ST. LOUIS (KMOV.com) --- The man wrongly arrested following a bi-state police chase Friday said the whole thing could have been avoided if police had asked some basic questions.

Police Chase -- Friday - North St. louis county

Police surround a gray Volkswagon connected to an early morning police chase that began on the Eads Bridge in Illinois. The SUV was found in an alley near Lee and Newstead in North St. Louis

Police were pursuing a gray SUV that had been reported stolen. The pursuit began around 6:15 a.m. near the Eads Bridge in Illinois. Police said the SUV was stolen from a driveway of a Belleville home. The owner of the car was warming it up.

Just before 7 a.m., the SUV crashed into a dumpster in an alley near Lee and Newstead. Powerhouse Skyzoom4 spotted the driver getting out of the SUV and run, but the view was obscured. Moments later, Skyzoom4 noticed a man, Terrell Beasley, walk from the alley and get into a white van that was already running.

Beasley was trying to go to work, but his boss warned him to stay at home because the chase was taking place nearby.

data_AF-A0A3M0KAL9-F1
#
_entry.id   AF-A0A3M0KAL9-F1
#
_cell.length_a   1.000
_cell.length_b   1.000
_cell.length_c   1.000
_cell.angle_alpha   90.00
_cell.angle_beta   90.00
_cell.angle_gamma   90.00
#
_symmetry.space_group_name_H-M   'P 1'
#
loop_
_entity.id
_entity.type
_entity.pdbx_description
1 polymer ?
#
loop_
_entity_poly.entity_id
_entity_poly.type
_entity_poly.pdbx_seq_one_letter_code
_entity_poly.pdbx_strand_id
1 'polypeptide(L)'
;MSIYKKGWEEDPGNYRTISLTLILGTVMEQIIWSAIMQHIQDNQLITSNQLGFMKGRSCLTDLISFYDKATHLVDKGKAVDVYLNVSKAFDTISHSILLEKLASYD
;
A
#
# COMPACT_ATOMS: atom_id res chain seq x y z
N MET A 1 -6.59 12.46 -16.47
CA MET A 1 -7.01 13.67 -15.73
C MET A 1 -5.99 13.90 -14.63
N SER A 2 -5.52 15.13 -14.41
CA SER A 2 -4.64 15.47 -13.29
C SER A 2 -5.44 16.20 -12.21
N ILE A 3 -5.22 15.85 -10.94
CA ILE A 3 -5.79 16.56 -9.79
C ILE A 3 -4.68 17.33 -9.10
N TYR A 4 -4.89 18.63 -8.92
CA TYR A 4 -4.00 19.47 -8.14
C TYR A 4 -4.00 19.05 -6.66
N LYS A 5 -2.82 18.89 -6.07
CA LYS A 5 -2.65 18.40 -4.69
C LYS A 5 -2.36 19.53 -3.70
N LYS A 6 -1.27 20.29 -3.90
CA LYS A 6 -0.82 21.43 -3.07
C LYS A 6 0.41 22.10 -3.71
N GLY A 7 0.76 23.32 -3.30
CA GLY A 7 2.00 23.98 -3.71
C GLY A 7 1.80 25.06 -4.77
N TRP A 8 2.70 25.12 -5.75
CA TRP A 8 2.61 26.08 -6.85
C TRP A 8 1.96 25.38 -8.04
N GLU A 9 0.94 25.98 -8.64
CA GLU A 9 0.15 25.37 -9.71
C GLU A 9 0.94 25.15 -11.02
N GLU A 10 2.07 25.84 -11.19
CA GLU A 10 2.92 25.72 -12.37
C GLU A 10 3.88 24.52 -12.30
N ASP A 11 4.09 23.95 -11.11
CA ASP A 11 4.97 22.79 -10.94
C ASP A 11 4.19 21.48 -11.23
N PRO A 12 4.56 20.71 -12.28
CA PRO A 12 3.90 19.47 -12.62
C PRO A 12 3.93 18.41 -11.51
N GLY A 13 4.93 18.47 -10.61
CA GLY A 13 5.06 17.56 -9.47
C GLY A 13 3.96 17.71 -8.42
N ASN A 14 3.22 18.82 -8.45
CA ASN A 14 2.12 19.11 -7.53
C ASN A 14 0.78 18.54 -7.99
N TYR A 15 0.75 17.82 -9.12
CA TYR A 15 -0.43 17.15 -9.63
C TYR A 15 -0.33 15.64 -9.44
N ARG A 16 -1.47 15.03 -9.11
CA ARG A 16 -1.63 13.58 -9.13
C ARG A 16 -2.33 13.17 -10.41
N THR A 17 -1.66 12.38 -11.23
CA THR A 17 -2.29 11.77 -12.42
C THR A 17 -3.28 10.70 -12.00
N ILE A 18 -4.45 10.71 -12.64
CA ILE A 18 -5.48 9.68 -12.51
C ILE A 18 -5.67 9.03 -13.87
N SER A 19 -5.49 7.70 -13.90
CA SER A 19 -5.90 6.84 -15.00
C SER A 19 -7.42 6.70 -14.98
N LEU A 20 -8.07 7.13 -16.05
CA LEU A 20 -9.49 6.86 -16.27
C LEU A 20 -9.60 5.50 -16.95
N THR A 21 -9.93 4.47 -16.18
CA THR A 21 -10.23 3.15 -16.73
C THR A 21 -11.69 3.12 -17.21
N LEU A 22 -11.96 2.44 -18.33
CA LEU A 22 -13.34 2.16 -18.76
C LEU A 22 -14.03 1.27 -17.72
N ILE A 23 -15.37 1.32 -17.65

"So, I told him, I said, 'Stay in the house because he just jumped on the alley right behind your house," said Beasley's boss, Holly Jackson-Gillespie, who owns Jazz Transport.

For safety reasons, police had stopped chasing but continued to watch from Powerhouse Skyzoom4.

A few minutes later, officers pulled over that white van and took Beasley into custody. Officers said they arrested him based on the helicopter video.

”I get down to the police station, ask to speak to a superior, the superior tells me they have overwhelming evidence," Beasley said.

He said he tried to explain to police why they had the wrong man.

“Are you going to use any of your police logic to put this story together that this man just came out of his home?” said Beasley.

Beasley said he was in his backyard because he heard the stolen car and that police could have verified he lived there. On the video, he’s in no hurry to get in his van and leave.

"They treated me like I was a known criminal when the only thing I'm known for is going to work every morning," he said.

He spent two hours in jail before being released. Police are apologizing.

Beasley said the ordeal left him with a bad opinion about police officers.

Copyright 2019 KMOV (Meredith Corporation). All rights reserved

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